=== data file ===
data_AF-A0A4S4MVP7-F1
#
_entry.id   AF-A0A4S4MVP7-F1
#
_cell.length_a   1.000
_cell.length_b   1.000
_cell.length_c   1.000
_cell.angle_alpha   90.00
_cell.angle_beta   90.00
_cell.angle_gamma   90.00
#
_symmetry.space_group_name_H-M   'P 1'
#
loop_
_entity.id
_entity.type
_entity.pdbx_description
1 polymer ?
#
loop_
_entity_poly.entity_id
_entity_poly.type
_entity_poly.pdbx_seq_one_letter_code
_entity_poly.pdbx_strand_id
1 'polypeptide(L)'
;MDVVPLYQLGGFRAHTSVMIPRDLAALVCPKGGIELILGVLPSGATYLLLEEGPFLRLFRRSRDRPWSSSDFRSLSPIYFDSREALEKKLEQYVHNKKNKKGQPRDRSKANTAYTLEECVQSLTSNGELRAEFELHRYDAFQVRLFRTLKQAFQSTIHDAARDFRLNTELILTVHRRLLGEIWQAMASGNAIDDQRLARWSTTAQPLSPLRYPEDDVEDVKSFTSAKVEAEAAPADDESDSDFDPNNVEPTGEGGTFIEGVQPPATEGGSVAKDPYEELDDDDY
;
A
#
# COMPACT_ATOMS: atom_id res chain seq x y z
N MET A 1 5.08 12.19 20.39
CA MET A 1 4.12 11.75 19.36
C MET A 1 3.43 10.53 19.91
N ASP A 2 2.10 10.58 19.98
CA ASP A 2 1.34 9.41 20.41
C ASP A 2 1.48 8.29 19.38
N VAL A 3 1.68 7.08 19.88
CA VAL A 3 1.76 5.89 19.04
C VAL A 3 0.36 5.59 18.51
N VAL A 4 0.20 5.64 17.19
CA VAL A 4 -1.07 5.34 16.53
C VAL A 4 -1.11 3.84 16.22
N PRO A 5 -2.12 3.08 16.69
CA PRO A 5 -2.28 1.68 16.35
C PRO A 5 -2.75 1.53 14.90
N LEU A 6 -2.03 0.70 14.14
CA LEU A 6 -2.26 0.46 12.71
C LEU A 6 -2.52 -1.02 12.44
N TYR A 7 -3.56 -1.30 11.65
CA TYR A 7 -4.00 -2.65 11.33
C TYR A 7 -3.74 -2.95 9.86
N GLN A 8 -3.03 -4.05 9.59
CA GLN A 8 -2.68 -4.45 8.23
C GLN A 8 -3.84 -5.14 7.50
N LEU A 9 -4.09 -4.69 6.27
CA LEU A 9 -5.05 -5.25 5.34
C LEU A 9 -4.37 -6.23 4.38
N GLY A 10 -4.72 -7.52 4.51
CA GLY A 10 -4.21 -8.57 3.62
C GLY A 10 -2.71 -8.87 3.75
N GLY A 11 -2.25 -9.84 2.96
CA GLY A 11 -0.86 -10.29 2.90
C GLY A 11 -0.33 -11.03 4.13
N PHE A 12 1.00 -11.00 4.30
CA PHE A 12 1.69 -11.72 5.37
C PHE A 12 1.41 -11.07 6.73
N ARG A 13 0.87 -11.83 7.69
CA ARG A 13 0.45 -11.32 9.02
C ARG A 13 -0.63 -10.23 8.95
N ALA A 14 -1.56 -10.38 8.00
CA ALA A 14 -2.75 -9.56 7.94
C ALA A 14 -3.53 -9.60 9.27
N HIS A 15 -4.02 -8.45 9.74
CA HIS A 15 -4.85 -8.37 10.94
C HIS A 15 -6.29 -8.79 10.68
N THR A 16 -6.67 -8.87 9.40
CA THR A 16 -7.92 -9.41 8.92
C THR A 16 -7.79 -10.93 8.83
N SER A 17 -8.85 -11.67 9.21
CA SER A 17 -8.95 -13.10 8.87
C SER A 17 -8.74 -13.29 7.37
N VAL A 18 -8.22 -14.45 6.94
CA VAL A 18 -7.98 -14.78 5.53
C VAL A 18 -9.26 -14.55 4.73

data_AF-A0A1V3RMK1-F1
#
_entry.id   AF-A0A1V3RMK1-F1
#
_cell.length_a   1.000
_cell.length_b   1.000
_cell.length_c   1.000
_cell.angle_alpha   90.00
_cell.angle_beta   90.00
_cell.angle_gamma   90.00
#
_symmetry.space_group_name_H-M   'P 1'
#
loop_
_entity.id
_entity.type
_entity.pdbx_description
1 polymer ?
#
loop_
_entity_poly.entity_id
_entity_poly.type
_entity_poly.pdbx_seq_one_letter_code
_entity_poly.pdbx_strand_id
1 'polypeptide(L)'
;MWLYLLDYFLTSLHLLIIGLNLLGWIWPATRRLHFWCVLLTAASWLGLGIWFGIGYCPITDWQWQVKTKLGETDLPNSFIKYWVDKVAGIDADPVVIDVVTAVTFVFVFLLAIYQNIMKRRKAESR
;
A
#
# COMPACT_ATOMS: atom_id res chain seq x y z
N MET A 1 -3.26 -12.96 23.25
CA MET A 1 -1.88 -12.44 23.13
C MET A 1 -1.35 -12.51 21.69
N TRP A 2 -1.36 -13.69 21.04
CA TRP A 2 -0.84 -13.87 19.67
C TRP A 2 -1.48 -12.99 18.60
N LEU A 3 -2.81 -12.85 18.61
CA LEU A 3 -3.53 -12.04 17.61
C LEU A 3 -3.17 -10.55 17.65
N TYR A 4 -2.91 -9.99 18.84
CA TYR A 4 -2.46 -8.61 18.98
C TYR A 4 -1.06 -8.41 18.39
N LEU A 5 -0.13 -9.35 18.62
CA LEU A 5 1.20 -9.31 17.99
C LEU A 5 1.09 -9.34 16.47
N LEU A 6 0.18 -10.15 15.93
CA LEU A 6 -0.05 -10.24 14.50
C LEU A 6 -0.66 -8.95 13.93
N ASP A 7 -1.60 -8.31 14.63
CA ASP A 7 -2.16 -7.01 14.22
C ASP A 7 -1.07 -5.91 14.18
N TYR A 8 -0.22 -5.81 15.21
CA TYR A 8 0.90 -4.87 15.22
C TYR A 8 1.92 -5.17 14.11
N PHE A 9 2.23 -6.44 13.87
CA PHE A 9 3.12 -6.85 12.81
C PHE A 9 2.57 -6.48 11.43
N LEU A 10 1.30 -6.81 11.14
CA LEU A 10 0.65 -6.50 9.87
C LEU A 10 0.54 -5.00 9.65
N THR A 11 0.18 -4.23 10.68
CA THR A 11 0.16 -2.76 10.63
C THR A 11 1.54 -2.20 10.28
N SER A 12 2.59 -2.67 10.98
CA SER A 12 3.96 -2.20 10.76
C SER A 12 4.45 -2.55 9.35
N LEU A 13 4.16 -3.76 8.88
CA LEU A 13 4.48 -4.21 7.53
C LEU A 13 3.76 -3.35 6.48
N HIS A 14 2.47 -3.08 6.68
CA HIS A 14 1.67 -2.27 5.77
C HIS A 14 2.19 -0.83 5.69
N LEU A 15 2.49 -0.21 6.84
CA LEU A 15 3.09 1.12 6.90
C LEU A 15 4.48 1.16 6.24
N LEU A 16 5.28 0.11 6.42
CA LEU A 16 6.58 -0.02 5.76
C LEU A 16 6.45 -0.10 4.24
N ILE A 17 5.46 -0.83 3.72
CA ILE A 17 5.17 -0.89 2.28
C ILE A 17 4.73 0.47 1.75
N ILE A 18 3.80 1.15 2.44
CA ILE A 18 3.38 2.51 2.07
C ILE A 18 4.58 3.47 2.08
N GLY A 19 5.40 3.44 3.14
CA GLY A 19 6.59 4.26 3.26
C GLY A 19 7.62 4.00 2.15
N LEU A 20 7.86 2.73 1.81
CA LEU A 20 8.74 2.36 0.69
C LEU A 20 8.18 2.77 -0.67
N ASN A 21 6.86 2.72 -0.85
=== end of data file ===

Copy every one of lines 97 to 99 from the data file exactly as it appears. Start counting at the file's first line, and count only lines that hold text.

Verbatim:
#
loop_
_entity.id